At last we gave it up in disgust; though, if the mass had suddenly risen before our eyes, I doubt if we should have screwed up courage to step over Gagool’s mangled remains, and once more enter the treasure chamber, even in the sure and certain hope of unlimited diamonds. And yet I could have cried at the idea of leaving all that treasure, the biggest treasure probably that in the world’s history has ever been accumulated in one spot. But there was no help for it. Only dynamite could force its way through five feet of solid rock.
So we left it. Perhaps, in some remote unborn century, a more fortunate explorer may hit upon the “Open Sesame,” and flood the world with gems. But, myself, I doubt it. Somehow, I seem to feel that the tens of millions of pounds’ worth of jewels which lie in the three stone coffers will never shine round the neck of an earthly beauty. They and Foulata’s bones will keep cold company till the end of all things.
With a sigh of disappointment we made our way back, and next day started for Loo. And yet it was really very ungrateful of us to be disappointed; for, as the reader will remember, by a lucky thought, I had taken the precaution to fill the wide pockets of my old shooting coat and trousers with gems before we left our prison-house, also Foulata’s basket, which held twice as many more, notwithstanding that the water bottle had occupied some of its space. A good many of these fell out in the course of our roll down the side of the pit, including several of the big ones, which I had crammed in on the top in my coat pockets. But, comparatively speaking, an enormous quantity still remained, including ninety-three large stones ranging from over two hundred to seventy carats in weight. My old shooting coat and the basket still held sufficient treasure to make us all, if not millionaires as the term is understood in America, at least exceedingly wealthy men, and yet to keep enough stones each to make the three finest sets of gems in Europe. So we had not done so badly.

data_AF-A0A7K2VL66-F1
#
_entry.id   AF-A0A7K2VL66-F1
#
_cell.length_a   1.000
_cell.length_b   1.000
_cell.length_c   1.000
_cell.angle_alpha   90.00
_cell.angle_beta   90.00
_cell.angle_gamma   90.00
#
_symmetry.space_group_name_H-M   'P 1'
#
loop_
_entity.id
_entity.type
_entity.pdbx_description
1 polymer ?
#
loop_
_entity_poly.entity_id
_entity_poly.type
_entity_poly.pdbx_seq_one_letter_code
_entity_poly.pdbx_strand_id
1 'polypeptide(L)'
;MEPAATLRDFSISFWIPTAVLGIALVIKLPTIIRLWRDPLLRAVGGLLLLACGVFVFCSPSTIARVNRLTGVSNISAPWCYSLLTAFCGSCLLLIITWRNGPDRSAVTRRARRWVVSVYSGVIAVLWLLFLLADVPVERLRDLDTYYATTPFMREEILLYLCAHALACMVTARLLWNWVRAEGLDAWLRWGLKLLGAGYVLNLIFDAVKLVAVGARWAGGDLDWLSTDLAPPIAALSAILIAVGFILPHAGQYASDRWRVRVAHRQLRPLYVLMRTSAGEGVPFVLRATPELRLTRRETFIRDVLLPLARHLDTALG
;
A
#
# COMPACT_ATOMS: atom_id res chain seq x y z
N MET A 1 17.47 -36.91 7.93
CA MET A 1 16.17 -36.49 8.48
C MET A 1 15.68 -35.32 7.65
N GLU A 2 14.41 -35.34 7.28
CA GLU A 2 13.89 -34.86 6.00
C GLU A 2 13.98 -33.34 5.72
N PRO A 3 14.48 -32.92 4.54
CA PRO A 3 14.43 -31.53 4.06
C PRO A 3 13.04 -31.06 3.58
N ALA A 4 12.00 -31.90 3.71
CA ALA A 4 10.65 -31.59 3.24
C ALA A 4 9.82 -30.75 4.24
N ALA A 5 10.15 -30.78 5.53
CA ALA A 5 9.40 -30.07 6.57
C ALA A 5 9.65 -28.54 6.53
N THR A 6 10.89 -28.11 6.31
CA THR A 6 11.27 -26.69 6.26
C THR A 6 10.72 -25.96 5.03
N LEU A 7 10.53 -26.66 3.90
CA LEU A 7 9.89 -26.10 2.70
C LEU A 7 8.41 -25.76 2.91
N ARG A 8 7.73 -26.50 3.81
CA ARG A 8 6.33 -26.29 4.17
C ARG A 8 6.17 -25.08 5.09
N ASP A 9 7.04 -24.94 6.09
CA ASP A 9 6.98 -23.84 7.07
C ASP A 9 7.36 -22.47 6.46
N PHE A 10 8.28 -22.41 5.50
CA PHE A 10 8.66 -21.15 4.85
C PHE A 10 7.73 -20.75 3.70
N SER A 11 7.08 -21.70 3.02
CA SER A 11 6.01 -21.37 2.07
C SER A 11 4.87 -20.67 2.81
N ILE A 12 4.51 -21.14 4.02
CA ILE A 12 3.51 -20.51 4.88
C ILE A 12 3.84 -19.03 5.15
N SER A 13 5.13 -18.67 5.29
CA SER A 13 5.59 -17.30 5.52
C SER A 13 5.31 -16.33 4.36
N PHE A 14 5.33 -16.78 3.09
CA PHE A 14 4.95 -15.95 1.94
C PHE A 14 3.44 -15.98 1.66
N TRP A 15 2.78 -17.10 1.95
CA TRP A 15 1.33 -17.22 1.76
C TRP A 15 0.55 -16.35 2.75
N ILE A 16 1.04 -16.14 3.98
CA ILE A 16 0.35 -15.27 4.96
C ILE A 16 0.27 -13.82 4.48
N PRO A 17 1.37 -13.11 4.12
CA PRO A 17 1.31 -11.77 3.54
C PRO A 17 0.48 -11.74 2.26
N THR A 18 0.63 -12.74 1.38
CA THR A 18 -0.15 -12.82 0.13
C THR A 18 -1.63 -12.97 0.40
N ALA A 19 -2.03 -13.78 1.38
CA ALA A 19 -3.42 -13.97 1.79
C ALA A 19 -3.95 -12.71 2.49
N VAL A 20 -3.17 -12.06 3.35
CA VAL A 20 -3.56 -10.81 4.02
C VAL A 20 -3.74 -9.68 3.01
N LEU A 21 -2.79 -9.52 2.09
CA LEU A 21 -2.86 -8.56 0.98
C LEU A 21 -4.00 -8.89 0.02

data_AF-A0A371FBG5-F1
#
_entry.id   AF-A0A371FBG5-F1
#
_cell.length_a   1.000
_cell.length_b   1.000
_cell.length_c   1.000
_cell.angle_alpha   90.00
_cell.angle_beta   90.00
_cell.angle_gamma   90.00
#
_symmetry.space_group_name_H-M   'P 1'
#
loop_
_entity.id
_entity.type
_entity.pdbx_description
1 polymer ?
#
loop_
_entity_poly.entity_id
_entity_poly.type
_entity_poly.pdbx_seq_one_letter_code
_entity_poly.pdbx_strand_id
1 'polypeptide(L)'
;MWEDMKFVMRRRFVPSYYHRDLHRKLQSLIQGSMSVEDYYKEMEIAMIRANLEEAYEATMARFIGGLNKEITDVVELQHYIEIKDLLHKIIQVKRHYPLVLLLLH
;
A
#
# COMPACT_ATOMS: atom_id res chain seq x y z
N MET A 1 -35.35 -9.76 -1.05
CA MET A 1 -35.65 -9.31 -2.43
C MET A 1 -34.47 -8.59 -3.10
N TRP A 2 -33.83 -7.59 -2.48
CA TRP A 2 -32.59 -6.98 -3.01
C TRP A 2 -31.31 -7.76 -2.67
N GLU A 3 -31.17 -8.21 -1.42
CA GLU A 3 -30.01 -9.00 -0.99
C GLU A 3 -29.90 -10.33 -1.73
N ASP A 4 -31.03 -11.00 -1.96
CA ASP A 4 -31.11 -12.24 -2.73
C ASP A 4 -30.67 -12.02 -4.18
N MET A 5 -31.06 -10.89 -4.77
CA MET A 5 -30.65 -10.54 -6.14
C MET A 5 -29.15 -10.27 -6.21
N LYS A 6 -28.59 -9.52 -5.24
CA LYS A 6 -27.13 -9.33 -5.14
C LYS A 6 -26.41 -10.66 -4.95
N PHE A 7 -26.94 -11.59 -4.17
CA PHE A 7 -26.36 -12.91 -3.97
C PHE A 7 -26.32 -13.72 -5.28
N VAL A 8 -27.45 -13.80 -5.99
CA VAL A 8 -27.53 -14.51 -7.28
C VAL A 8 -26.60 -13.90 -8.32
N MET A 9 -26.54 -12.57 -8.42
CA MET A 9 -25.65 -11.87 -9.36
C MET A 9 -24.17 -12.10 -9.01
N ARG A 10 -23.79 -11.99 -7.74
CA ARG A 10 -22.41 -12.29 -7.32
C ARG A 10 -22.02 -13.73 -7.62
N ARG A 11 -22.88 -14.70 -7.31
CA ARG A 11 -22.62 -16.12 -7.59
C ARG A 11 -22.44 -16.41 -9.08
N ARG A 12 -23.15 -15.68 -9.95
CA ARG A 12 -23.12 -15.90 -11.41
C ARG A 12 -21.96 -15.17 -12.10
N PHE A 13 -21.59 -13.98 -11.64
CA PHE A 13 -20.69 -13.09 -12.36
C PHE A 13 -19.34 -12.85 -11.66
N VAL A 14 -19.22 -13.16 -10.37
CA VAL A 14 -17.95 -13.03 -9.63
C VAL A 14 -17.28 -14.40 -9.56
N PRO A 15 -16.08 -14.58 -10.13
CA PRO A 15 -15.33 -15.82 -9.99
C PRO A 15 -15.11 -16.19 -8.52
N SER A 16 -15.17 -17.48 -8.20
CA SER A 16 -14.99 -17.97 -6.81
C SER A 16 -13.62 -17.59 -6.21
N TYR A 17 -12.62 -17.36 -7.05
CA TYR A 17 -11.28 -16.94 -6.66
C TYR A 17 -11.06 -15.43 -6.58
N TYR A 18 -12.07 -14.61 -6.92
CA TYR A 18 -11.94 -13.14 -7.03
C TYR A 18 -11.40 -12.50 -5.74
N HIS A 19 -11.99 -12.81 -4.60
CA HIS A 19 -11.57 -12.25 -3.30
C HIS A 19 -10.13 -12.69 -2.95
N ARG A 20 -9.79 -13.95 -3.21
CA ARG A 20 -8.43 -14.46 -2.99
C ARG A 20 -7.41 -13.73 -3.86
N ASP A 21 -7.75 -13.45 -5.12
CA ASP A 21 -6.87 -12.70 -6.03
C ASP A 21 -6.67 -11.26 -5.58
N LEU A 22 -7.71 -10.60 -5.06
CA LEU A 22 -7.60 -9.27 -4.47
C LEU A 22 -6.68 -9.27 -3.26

On arriving at Loo we were most cordially received by Ignosi, whom we found well, and busily engaged in consolidating his power, and reorganising the regiments which had suffered most in the great struggle with Twala.
He listened with intense interest to our wonderful story; but when we told him of old Gagool’s frightful end he grew thoughtful.
“Come hither,” he called, to a very old Induna or councillor, who was sitting with others in a circle round the king, but out of ear-shot. The ancient man rose, approached, saluted, and seated himself.
“Thou art aged,” said Ignosi.
“Ay, my lord the king! Thy father’s father and I were born on the same day.”
“Tell me, when thou wast little, didst thou know Gagaoola the witch doctress?”
“Ay, my lord the king!”
“How was she then—young, like thee?”
“Not so, my lord the king! She was even as she is now and as she was in the days of my great grandfather before me; old and dried, very ugly, and full of wickedness.”